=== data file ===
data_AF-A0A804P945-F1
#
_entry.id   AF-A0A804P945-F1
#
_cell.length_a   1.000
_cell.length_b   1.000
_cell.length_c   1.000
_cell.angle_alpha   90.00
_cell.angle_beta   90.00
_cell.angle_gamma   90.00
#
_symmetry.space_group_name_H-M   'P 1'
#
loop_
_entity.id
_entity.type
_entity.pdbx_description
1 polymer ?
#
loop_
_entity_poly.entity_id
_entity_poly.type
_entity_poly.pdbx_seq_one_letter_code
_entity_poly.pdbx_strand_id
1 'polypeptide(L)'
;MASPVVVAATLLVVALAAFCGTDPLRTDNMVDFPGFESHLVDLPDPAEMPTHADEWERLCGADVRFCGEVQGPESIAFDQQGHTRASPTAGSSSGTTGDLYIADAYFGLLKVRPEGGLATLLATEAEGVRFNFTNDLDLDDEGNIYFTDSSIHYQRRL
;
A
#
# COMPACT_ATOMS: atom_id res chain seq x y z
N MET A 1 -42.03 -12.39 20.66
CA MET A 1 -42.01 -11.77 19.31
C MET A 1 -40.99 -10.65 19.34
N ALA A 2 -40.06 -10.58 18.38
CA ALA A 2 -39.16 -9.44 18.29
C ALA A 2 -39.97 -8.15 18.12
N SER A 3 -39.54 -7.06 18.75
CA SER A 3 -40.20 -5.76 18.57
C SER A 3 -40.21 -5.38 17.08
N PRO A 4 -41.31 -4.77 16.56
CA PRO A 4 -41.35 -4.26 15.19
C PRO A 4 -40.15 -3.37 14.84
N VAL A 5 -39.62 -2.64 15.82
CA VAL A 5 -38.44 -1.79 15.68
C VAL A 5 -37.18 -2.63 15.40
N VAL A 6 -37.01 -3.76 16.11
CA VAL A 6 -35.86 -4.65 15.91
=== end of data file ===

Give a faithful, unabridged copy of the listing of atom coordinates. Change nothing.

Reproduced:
data_AF-A0A804P945-F1
#
_entry.id   AF-A0A804P945-F1
#
_cell.length_a   1.000
_cell.length_b   1.000
_cell.length_c   1.000
_cell.angle_alpha   90.00
_cell.angle_beta   90.00
_cell.angle_gamma   90.00
#
_symmetry.space_group_name_H-M   'P 1'
#
loop_
_entity.id
_entity.type
_entity.pdbx_description
1 polymer ?
#
loop_
_entity_poly.entity_id
_entity_poly.type
_entity_poly.pdbx_seq_one_letter_code
_entity_poly.pdbx_strand_id
1 'polypeptide(L)'
;MASPVVVAATLLVVALAAFCGTDPLRTDNMVDFPGFESHLVDLPDPAEMPTHADEWERLCGADVRFCGEVQGPESIAFDQQGHTRASPTAGSSSGTTGDLYIADAYFGLLKVRPEGGLATLLATEAEGVRFNFTNDLDLDDEGNIYFTDSSIHYQRRL
;
A
#
# COMPACT_ATOMS: atom_id res chain seq x y z
N MET A 1 -42.03 -12.39 20.66
CA MET A 1 -42.01 -11.77 19.31
C MET A 1 -40.99 -10.65 19.34
N ALA A 2 -40.06 -10.58 18.38
CA ALA A 2 -39.16 -9.44 18.29
C ALA A 2 -39.97 -8.15 18.12
N SER A 3 -39.54 -7.06 18.75
CA SER A 3 -40.20 -5.76 18.57
C SER A 3 -40.21 -5.38 17.08
N PRO A 4 -41.31 -4.77 16.56
CA PRO A 4 -41.35 -4.26 15.19
C PRO A 4 -40.15 -3.37 14.84
N VAL A 5 -39.62 -2.64 15.82
CA VAL A 5 -38.44 -1.79 15.68
C VAL A 5 -37.18 -2.63 15.40
N VAL A 6 -37.01 -3.76 16.11
CA VAL A 6 -35.86 -4.65 15.91